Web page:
What is composting?
Composting is the breaking down, or decomposition, of plant matter to produce a nutrient-rich, earthy substance called humus that may be used to enrich gardening soil. It is what happens naturally when leaves build up on the forest floor and decay. Humus transforms sterile dirt into fertile soil. Good compost smells earthy, looks like dark soil, and is crumbly.
Composting is a great way to recycle yard and kitchen waste into something useable, and reduce the amount of garbage that gets put in the landfill.
Two elements are part of the composting process: carbon and nitrogen. “Browns” are dead and dry plant matter, such as dead leaves, dried grass clippings, and woodchips. They are high in carbon, and are the source of energy for the composting microbes. “Greens” are fresh plant matter, such as fruit and vegetable scraps, green leaves and grass, tea bags and coffee grounds, and fresh horse manure. These are high in nitrogen, which is the protein source for the composting microbes.
How to Compost
Before you start, you need to decide how much money you want to spend and how much time you want to devote to composting. If you want to spend zero dollars, then a composting pile is best for you, but it requires a little work. If you don’t mind spending some money and don’t want to do hardly any work, then purchasing a tumbler may be the way for you.
You may be wondering about the time devoted to composting. It happens naturally in the forest, and we don’t have to devote any time to that, right? In order for our compost pile or bin to keep up with the kitchen and yard waste the average human produces, we must make sure the compost stays moist and is turned every so often.
Compost with the right amount of moisture should feel like a damp, wrung-out sponge. Compost that is too dry will take longer to decompose and compost that is too wet will rot and smell. Check the moisture of your compost once a week. If it is too dry, add some water. If it is too wet, add browns to help dry it out.
Turning the compost keeps it aerated and helps reduce compaction. It also moves material from the outside to the inside, where composting occurs. By turning compost once a week, you will keep the decomposition process moving at a steady pace, and should see results in a few months. A pitchfork or spading fork works best for turning compost.
There are different methods to composting, from a simple pile to a home-made bin to a store-bought bin that does almost all the work for you.
A compost pile is the easiest way to get started. All you need is an area outside that won’t be disturbed by domestic or wild animals. Start by piling up yard and kitchen waste in a corner of the yard. The work comes later, when it is time to turn the compost and check the moisture level.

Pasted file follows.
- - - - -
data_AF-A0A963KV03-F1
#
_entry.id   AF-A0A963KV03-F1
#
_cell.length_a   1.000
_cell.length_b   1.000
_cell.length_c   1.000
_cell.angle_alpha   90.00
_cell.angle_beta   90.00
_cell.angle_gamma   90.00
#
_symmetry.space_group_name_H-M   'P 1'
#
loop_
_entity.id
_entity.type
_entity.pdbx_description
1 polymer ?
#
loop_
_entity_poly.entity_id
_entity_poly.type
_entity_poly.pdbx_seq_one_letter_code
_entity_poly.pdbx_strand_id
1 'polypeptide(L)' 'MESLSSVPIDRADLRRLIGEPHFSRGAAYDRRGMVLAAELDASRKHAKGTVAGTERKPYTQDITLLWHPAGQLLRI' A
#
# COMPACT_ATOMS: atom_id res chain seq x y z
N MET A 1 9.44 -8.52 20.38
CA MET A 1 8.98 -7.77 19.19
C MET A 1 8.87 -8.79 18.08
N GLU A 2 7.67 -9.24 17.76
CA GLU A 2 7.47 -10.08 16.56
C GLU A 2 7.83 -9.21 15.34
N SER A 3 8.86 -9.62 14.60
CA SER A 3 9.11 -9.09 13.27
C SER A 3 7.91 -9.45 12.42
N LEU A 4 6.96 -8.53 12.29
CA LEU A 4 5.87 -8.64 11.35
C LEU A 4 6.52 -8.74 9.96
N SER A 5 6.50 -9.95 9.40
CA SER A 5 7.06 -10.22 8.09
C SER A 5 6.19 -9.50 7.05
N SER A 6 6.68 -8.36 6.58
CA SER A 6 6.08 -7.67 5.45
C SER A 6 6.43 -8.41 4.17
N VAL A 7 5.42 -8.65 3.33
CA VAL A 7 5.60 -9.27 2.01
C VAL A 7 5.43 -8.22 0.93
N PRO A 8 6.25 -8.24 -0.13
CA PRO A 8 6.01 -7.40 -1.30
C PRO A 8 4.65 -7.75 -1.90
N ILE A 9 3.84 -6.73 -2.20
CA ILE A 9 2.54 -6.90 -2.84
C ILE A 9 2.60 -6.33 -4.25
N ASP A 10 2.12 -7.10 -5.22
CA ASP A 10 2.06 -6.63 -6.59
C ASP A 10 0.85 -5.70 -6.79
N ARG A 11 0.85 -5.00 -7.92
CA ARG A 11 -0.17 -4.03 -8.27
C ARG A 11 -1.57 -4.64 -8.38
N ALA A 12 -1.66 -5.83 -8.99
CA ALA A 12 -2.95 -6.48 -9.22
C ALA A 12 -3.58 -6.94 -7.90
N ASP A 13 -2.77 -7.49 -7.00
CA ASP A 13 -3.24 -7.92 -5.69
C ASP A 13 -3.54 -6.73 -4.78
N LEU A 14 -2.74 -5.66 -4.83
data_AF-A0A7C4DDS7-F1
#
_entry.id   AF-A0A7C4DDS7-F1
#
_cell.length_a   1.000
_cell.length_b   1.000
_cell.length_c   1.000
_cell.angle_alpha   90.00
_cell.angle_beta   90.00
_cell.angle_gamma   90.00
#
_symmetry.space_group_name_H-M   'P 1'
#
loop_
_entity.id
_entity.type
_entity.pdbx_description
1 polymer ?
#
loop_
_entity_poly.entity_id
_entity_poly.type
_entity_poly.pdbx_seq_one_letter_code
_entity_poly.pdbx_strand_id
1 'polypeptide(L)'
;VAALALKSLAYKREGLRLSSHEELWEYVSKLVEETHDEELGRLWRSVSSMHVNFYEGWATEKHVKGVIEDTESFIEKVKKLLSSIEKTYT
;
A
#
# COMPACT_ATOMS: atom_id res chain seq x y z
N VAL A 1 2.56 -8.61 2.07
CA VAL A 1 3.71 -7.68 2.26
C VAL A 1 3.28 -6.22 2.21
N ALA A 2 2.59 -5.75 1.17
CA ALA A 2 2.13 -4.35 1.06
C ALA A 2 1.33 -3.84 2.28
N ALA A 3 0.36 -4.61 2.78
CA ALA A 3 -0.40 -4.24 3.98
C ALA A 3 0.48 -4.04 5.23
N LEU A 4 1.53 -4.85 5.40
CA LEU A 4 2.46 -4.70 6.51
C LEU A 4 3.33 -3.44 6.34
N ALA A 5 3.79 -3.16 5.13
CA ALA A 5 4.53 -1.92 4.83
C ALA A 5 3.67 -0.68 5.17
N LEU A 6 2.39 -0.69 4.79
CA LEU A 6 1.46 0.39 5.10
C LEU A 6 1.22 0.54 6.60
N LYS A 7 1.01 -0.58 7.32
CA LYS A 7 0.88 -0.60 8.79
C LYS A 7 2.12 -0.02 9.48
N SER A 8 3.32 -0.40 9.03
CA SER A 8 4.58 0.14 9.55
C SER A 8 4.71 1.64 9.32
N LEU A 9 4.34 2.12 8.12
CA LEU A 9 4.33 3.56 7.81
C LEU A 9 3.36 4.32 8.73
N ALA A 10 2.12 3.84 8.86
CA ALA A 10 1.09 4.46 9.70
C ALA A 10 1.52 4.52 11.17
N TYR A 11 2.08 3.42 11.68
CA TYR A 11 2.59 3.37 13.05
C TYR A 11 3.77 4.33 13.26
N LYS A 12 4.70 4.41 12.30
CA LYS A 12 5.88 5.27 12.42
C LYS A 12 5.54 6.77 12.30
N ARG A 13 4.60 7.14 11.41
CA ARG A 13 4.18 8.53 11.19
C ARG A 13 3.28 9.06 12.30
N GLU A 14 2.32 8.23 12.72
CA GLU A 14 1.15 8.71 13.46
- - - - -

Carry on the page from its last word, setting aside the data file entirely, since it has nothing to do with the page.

Home-made compost bins can be as simple as some chicken wire and rebar, or wooden pallets. Or for the carpentry enthusiast, it can be built to look like a little outhouse or cottage. Just make sure that there is an easy way to open it and turn the compost. These compost bins are basically ways to conceal the compost pile.
Store-bought compost bins come in many shapes, sizes and prices. A rolling bin is a round composter that can be rolled around to mix and aerate the compost. A tumbler is a composting bin that is designed to make turning the compost an easy process. Enclosed bins are great for people with limited space, but the composting process is slower.
Where to compost
Composting can occur in any corner of a yard or even indoors. A garbage can bioreactor or worm bin can be kept right under the kitchen counter.
What to compost
Any organic matter can be added to a compost pile. Here is a list of things that are good for a compost pile:
- Kitchen fruit and vegetable scraps
- Egg shells
- Coffee grounds and filters
- Yard waste, such as grass clippings, leaves, weeds and other plants
- Wood chips and sawdust
- Nut shells
- Shredded paper – both newspaper and office paper (as long as it is clean)
- Cardboard rolls from toilet paper and paper towels
- Hair and fur
- Lint from the dryer and vacuum cleaner
- Wood-burning fireplace ashes
- Animal manure from herbivores (horses, rabbits, etc. Do not use cat or dog manure)
Why should I compost?
There are many great reasons to compost, even if you don’t have a garden in which to use the humus.
- Reduces the amount of waste that goes into the landfill
- Converts organic waste into a useful product
- Suppresses plant diseases and pests
- Reduces or eliminates the need for chemical fertilizers
- The product, humus, is nutrient-rich and helps gardens – both flower and vegetable gardens – grow healthier
- Nutrients that are removed when yard trimmings are bagged and tossed can be put back into the nutrient cycle. This reduces the need for fertilizers.
Do’s and Don’ts
- Do turn, turn, turn!
- Do get the kids involved – composting is fun!
- Do chop kitchen waste into small pieces and crush egg shells – this speeds decomposition.